The community of people we have in Murray is really important to us. It's awesome to have a small group of people we've known for 10+ years, a core group that went to college together and have ended up here in Murray. Our cell group at church that meets on Wed. evenings is pretty big now as more families have joined and families are growing. We currently have 19 adults, 9 kids ages 4 and under, and 3 babies due in the next few months. One thing our group has struggled with is how to have a meeting, feel like we're being productive, and really just be able to concentrate and have some worship time. The solution we have now is to have two older couples from another group watch the kids on a couple Wed. of the month, then two moms take a turn, then two dads. This is working pretty well. The adults get some time to worship and pray, and the kids get time to play and run around together.
Pup and I started reading this book called So You Don't Want to Go to Church Anymore by Wayne Jacobsen after I read a book by him that I really got a lot out of. It's a fictional work about a pastor who starts to really question what he's doing in ministry and an account of his conversations with a stranger he comes to know and thinks could be John the beloved. (It's fiction, remember?:))
Anyway, the pastor and his friends end up starting a home church that seems a lot like our cell group. John comes to talk to their group and answers questions about what to do with the kids in a way that surprises them. He pretty much tells them that maybe their meetings should look more like a family getting together than a meeting. If they are just having a meeting to feel productive, don't bother. God wants relationships and He wants us to be sharing our journeys with each other. I've been mulling this over.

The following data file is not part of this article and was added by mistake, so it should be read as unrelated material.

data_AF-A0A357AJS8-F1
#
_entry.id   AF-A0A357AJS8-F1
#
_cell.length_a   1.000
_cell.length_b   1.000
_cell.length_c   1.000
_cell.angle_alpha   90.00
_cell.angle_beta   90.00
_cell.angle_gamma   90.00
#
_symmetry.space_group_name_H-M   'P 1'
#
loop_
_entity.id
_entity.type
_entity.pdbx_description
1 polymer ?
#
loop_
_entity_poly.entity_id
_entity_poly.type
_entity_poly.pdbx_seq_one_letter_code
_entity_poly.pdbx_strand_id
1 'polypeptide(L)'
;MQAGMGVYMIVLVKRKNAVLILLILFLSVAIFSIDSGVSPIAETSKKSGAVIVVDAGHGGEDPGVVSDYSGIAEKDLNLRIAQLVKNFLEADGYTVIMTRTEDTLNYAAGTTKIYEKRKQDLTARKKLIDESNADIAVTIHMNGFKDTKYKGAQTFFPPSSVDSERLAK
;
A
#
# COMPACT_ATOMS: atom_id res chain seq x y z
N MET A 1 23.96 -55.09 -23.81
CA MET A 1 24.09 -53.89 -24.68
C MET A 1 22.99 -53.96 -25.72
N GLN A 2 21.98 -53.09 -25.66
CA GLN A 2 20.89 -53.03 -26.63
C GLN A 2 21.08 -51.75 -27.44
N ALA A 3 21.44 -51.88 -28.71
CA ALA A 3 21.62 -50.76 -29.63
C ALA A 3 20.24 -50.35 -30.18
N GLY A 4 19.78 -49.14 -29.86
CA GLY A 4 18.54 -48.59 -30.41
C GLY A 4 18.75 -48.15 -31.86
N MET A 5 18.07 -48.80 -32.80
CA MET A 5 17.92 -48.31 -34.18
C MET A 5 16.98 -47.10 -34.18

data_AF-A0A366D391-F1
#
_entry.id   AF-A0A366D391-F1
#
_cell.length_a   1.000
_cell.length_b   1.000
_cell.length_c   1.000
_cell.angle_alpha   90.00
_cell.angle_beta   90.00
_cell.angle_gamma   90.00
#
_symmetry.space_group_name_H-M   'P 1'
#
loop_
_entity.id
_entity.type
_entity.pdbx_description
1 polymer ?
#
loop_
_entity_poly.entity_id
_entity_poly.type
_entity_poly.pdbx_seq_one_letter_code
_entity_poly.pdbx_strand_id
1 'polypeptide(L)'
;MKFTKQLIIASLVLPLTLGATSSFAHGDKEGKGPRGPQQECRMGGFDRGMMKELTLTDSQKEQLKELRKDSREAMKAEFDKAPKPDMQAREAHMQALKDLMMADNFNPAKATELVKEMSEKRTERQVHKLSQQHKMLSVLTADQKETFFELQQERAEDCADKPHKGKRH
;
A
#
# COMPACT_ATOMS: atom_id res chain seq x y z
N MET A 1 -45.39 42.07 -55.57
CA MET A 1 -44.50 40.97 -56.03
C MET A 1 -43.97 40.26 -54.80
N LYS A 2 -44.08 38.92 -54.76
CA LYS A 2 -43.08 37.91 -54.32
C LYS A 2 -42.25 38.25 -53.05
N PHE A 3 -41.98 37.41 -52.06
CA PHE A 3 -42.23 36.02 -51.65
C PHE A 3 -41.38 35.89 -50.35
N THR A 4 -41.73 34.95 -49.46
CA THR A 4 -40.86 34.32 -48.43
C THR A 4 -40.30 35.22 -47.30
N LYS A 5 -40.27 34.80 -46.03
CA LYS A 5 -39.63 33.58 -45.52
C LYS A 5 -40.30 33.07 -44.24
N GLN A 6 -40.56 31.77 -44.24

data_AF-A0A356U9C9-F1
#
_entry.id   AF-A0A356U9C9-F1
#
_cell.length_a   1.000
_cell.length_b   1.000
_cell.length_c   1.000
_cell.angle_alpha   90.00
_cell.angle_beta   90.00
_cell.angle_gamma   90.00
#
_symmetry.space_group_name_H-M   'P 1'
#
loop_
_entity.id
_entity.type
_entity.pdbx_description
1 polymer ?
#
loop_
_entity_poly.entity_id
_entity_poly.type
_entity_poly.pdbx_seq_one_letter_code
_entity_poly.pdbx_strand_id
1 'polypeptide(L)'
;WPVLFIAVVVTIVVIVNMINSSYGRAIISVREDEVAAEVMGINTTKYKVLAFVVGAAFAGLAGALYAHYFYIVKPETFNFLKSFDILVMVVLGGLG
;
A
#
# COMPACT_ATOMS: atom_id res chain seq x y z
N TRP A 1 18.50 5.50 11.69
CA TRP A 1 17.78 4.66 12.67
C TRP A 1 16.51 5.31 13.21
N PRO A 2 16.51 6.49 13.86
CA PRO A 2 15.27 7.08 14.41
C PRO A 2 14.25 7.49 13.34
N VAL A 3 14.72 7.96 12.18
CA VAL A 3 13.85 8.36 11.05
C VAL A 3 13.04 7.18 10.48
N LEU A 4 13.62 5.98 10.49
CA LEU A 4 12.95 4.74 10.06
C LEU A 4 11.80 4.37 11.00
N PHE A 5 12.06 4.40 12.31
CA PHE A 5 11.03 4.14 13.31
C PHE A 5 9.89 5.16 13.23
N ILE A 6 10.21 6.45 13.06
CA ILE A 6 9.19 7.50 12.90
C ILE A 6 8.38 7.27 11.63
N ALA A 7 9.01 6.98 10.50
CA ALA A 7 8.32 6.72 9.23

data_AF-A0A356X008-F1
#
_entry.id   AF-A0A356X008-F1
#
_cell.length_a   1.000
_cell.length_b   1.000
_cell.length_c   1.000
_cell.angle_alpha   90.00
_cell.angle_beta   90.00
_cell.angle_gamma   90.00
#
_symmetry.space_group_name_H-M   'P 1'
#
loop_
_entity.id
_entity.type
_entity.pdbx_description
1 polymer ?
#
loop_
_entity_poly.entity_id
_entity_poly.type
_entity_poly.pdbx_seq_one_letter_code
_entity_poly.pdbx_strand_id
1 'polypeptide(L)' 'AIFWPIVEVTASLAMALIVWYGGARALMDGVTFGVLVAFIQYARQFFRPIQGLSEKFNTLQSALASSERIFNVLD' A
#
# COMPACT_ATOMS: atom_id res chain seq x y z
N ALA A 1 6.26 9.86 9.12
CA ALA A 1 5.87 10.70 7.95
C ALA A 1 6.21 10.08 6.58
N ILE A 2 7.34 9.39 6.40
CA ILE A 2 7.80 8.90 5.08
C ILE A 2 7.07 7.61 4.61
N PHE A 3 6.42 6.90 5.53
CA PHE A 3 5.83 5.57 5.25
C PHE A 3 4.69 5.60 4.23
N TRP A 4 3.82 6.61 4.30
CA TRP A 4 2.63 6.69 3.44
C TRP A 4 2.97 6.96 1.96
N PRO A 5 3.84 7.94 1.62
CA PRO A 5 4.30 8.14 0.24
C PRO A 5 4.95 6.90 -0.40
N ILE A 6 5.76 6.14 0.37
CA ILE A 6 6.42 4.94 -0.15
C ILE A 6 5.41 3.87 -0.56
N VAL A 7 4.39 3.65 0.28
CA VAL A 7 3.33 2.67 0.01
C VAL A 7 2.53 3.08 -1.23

Saturday night several of us from cell got together at Aaron's house for a bonfire. It got rained out prety quickly so we all made ourselves comfortable inside, the kids with a movie, the girls chatting, some playing cards. Kristin and I started playing cribbage, then others started dominoes. (We're a wild crowd, huh!) Later, Luke came up to the table and I asked if he wanted to play with us. We taught him dominoes and he actually did a good job playing. The whole time, though, I was appreciating that I could sit with my girlfriends on a Sat. night and they not only welcomed Luke joining us, but encouraged him as he played. I appreciate that he's getting big enough to play with us. I appreciate that we're spending time with people who are good examples for us and our kids.
That book I'm reading kept talking about not focusing on a meeting so much as sharing life together, the life we live in the Father. That's how I felt on Saturday evening when I was with my friends. To me, it was a better lesson for Luke to see us all playing and listening and talking about real things than most Sunday school lessons. These are just some of the things I'm pondering lately...